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Unformatted text preview: ndstop filter transfer function m ay also be obtained from t he corresponding bandpass filter transfer function. T he case of lowpass a nd high pass filters
is similar. I f H LP (s) a nd H H P ( s) a re t he t ransfer functions of a lowpass a nd a
highpass filter respectively (both with the same cutoff frequency), t hen Therefore, a high pass filter transfer function may also be obtained from t he corresponding lowpass filter transfer function. 504
6 7 F requency Response a nd A nalog Filters 7.5 E xercise E 7.2 B utterworth F ilters 505 t Using the qualitative method of sketching the frequency response, show that the system with
the polezero configuration in Fig. 7.18a is a highpass filter, and that with the configuration in
Fig. 7.18b is a bandpass filter. 'V t IH0(0)1 IH0°o)1 I
Gp I
Gp G, Gs s plane
1m 1m
)E . ....•.. jooo
0 oop 00, 0 0+ 0 (a) t t IH0°o)1 G Re  + x
(a) I
p (b) F ig. 7 .18 Polezero configuration of a highpass filter in Exercise E7.2. 7 .45 (b) IH(joo)1 I
Gp Re  + G, Practical Filters and Their Specifications F or ideal filters everything is black a nd white; t he gains are e ither zero o r u nity
over c ertain b ands. As we saw earlier, real life does n ot p ermit such a world view.
Things have t o b e g ray or shades of gray. I n p ractice, we c an realize a variety of
filter c haracteristics which c an only approach ideal characteristics.
A n i deal filter has a p assband ( unity gain) a nd a s topband (zero gain) w ith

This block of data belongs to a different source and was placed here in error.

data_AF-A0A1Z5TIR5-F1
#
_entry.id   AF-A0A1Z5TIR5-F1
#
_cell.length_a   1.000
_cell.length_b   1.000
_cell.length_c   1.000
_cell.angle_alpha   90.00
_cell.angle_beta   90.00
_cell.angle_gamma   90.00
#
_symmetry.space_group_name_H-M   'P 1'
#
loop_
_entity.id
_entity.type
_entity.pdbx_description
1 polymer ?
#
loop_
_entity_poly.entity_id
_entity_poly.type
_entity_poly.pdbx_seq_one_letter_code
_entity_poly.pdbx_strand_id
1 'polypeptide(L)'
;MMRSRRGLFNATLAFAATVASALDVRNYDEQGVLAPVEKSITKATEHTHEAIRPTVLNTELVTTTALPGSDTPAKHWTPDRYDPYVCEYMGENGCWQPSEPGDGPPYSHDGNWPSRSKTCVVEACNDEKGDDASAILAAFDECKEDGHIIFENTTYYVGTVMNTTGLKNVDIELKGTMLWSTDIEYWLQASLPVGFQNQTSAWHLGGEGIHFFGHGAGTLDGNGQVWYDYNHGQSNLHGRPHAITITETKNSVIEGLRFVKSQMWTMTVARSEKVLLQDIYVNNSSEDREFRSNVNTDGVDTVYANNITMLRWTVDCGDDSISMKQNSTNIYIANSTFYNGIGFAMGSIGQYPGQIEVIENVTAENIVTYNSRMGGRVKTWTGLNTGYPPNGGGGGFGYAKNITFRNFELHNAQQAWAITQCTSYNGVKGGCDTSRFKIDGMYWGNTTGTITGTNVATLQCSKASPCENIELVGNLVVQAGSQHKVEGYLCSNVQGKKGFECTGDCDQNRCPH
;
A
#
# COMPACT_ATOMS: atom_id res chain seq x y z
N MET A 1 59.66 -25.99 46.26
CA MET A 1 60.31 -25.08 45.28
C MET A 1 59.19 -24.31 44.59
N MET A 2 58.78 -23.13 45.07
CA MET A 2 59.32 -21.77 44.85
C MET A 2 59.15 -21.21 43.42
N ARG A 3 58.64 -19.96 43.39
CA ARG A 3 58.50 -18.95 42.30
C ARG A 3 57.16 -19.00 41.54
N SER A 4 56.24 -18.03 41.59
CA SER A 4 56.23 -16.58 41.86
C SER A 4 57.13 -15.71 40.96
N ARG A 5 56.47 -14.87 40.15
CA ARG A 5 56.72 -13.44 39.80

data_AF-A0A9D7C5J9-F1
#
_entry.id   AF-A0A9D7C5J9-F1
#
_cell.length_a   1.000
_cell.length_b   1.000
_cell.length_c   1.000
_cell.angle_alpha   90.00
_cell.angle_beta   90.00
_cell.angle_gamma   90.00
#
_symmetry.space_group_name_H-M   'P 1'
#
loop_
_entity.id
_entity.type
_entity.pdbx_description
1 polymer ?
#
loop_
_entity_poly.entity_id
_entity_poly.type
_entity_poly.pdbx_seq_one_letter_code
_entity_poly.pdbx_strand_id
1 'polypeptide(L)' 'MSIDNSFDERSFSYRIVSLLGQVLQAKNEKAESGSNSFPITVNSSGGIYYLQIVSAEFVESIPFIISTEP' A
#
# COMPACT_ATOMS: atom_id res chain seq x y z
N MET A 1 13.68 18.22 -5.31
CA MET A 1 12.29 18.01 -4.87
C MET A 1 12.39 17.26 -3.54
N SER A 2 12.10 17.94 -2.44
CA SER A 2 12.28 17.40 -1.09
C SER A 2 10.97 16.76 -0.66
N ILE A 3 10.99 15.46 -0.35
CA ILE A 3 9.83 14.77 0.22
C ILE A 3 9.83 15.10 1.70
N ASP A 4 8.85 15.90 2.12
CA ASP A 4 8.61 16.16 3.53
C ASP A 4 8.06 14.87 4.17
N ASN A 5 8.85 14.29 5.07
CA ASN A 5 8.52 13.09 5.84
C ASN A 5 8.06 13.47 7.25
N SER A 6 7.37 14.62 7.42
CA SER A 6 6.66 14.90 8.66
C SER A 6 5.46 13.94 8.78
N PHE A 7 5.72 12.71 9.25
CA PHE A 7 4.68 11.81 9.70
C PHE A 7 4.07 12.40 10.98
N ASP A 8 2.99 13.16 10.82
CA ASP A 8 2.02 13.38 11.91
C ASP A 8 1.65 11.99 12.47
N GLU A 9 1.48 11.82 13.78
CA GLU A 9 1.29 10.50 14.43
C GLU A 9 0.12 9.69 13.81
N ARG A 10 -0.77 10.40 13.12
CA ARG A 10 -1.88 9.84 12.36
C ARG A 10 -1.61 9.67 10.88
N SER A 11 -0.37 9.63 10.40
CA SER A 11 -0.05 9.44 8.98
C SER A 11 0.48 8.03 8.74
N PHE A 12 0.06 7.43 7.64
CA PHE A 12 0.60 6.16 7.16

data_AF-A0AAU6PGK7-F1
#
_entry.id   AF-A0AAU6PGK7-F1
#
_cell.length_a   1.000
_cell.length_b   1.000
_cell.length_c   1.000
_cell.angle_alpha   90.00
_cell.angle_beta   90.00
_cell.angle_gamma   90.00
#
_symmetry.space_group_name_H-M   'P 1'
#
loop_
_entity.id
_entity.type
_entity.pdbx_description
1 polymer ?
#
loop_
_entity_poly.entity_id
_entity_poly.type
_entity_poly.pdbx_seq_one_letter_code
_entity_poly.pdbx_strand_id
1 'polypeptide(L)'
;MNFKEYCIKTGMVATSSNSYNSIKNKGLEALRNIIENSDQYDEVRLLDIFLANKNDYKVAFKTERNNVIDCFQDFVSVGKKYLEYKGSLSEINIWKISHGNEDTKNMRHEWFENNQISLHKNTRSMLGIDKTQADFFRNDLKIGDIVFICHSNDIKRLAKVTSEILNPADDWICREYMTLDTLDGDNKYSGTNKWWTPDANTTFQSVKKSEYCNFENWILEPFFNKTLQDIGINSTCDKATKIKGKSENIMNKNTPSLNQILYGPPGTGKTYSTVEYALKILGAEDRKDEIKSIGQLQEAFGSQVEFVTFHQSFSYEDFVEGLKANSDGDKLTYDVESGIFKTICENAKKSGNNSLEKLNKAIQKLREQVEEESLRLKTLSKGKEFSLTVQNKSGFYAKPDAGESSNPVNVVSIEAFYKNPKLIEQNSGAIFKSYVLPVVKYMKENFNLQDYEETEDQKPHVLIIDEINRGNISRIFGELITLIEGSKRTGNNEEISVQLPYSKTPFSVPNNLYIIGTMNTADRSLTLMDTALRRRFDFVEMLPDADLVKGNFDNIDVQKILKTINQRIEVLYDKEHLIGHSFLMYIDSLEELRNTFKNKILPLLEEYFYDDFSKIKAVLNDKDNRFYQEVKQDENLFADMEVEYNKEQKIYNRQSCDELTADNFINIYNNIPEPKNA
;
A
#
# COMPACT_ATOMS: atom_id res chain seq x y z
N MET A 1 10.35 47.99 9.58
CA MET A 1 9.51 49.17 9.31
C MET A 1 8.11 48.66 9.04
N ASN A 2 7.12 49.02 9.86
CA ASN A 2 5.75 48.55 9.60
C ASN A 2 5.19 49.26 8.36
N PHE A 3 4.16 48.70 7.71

a s udden t ransition from t he p assband t o t he s topband. T here is no t ransition
b and. F or p ractical (or realizable) filters, o n t he o ther h and, t he t ransition from
t he p assband t o t he s topband (or vice versa) is gradual, a nd t akes place over a finite
b and o f frequencies. Moreover, for realizable filters, t he gain c annot b e zero over
a finite b and ( PaleyWiener condition). As a result, there c an n o t rue s topband
for practical filters. We therefore define a s topband t o b e a b and over which t he
g ain is below s ome s mall n umber G ., as illustrated in Fig. 7.19. Similarly, we define
a p assband t o b e a b and over which t he g ain is between 1 a nd s ome n umber
G p (G p < 1), as shown in Fig. 7.19. We have selected the p assband g ain of u nity
for convenience. I t c ould b e a ny c onstant. Usually t he gains are specified in t erms
o f decibels. T his is simply 20 t imes t he log (to base 10) of t he gain. T hus
G (dB) = 2 0log lO G
A g ain of unity i s 0 d B a nd a g ain of \1'2 is 3.01 d B, usually a pproximated by 3 dB.
Sometimes t he s pecification may be in t erms o f a ttenuation, which is t he n egative of
t he g ain in dB. T hus a g ain of 1/\1'2; t hat is, 0.707, is  3 dB, b ut is a n a ttenuation
o f 3 dB.
In o ur d esign procedure we assume t hat G p ( minimum p assband g ain) a nd
G s ( maximum s topband g ain) a re specified. F igure 7.19 shows t he p assband,
t he s topband, a nd t he t ransition b and for t ypicallowpass, b andpass, highpass, a nd ( c) F ig. 7 .19 (d) Passband, stopband, and transitionband in vario...
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This note was uploaded on 04/14/2013 for the course ENG 350 taught by Professor Bayliss during the Spring '13 term at Northwestern.
 Spring '13
 Bayliss
 Signal Processing, The Land

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